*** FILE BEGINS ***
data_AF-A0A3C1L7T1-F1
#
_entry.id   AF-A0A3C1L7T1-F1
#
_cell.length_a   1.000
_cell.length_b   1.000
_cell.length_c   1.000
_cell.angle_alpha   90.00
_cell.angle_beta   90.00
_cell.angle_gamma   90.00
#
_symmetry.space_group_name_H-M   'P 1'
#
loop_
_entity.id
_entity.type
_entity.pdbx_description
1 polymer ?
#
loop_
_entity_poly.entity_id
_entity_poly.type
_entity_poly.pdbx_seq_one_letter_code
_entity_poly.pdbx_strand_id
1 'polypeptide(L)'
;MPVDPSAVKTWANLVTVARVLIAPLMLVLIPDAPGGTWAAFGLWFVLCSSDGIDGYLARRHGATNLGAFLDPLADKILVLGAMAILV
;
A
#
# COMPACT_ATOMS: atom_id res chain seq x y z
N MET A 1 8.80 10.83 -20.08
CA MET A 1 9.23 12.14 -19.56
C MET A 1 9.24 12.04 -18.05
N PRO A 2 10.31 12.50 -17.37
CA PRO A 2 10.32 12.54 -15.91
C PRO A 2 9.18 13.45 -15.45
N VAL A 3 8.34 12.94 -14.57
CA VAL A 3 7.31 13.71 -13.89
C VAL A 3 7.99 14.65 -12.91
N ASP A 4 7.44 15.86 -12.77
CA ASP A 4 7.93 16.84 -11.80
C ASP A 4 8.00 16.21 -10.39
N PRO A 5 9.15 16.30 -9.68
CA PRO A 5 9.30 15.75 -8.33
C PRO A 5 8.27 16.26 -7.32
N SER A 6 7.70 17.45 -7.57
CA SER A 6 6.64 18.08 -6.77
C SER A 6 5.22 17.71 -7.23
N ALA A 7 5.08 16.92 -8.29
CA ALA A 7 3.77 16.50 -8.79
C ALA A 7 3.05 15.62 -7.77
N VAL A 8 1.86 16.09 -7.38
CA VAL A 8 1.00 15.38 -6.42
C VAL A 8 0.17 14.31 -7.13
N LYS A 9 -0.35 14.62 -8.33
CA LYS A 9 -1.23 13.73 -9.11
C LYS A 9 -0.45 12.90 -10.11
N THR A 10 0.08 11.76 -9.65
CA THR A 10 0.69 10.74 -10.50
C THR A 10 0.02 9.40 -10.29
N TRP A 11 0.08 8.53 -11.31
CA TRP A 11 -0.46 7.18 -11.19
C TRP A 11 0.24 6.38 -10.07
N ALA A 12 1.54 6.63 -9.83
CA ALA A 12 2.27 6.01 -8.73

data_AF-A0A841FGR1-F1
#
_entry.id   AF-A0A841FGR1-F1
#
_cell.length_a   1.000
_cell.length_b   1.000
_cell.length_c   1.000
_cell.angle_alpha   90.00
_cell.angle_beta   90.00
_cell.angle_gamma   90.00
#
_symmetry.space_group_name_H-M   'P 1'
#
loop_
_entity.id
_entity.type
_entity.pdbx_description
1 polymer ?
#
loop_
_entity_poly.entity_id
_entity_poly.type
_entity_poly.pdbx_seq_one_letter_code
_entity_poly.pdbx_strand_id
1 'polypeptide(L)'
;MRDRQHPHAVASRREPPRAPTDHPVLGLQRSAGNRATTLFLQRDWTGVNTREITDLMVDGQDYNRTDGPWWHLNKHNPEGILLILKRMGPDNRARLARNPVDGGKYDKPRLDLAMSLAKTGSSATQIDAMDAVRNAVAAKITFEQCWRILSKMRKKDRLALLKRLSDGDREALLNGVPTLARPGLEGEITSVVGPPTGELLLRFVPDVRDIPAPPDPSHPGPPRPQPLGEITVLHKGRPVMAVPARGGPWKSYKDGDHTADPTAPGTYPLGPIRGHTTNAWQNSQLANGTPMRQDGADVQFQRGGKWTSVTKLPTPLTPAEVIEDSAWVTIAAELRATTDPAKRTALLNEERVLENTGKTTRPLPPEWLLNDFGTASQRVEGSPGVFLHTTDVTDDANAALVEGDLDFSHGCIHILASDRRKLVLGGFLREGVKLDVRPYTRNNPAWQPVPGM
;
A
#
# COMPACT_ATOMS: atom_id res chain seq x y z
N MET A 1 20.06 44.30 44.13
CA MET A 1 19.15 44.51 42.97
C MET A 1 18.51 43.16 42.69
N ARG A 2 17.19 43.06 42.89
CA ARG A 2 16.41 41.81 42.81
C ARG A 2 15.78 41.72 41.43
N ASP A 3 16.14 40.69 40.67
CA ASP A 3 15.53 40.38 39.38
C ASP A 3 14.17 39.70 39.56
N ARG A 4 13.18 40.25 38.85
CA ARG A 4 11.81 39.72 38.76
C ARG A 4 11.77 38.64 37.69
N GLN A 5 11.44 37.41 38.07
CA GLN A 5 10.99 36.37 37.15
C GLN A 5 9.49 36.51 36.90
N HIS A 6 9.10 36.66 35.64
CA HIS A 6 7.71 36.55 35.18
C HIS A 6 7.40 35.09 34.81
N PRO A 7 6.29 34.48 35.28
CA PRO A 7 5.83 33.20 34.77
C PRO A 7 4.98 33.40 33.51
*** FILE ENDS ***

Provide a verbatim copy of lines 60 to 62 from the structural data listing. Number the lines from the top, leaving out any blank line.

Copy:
C THR A 10 0.02 9.40 -10.29
N TRP A 11 0.08 8.53 -11.31
CA TRP A 11 -0.46 7.18 -11.19